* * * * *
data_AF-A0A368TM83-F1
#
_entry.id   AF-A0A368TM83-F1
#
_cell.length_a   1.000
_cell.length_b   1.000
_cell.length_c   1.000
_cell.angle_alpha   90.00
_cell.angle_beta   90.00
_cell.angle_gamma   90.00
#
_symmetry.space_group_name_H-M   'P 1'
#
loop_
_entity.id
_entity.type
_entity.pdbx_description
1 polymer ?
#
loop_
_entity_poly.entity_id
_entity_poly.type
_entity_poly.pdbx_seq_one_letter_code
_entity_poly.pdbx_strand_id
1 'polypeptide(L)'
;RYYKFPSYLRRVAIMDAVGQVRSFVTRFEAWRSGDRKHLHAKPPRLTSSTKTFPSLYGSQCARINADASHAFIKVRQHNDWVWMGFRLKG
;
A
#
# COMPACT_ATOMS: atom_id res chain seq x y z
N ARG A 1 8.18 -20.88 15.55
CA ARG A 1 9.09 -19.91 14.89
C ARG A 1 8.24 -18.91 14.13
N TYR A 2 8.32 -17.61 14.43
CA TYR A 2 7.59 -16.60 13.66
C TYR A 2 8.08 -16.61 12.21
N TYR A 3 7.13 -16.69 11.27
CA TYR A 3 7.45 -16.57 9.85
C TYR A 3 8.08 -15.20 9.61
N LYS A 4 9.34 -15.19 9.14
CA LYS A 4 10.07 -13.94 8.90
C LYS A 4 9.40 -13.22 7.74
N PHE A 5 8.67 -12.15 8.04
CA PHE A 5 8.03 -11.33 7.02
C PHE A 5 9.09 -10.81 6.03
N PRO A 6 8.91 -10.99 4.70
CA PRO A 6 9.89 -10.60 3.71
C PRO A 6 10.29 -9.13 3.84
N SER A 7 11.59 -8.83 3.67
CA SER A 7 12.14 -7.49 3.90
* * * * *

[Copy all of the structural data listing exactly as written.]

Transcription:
data_AF-A0A368TM83-F1
#
_entry.id   AF-A0A368TM83-F1
#
_cell.length_a   1.000
_cell.length_b   1.000
_cell.length_c   1.000
_cell.angle_alpha   90.00
_cell.angle_beta   90.00
_cell.angle_gamma   90.00
#
_symmetry.space_group_name_H-M   'P 1'
#
loop_
_entity.id
_entity.type
_entity.pdbx_description
1 polymer ?
#
loop_
_entity_poly.entity_id
_entity_poly.type
_entity_poly.pdbx_seq_one_letter_code
_entity_poly.pdbx_strand_id
1 'polypeptide(L)'
;RYYKFPSYLRRVAIMDAVGQVRSFVTRFEAWRSGDRKHLHAKPPRLTSSTKTFPSLYGSQCARINADASHAFIKVRQHNDWVWMGFRLKG
;
A
#
# COMPACT_ATOMS: atom_id res chain seq x y z
N ARG A 1 8.18 -20.88 15.55
CA ARG A 1 9.09 -19.91 14.89
C ARG A 1 8.24 -18.91 14.13
N TYR A 2 8.32 -17.61 14.43
CA TYR A 2 7.59 -16.60 13.66
C TYR A 2 8.08 -16.61 12.21
N TYR A 3 7.13 -16.69 11.27
CA TYR A 3 7.45 -16.57 9.85
C TYR A 3 8.08 -15.20 9.61
N LYS A 4 9.34 -15.19 9.14
CA LYS A 4 10.07 -13.94 8.90
C LYS A 4 9.40 -13.22 7.74
N PHE A 5 8.67 -12.15 8.04
CA PHE A 5 8.03 -11.33 7.02
C PHE A 5 9.09 -10.81 6.03
N PRO A 6 8.91 -10.99 4.70
CA PRO A 6 9.89 -10.60 3.71
C PRO A 6 10.29 -9.13 3.84
N SER A 7 11.59 -8.83 3.67
CA SER A 7 12.14 -7.49 3.90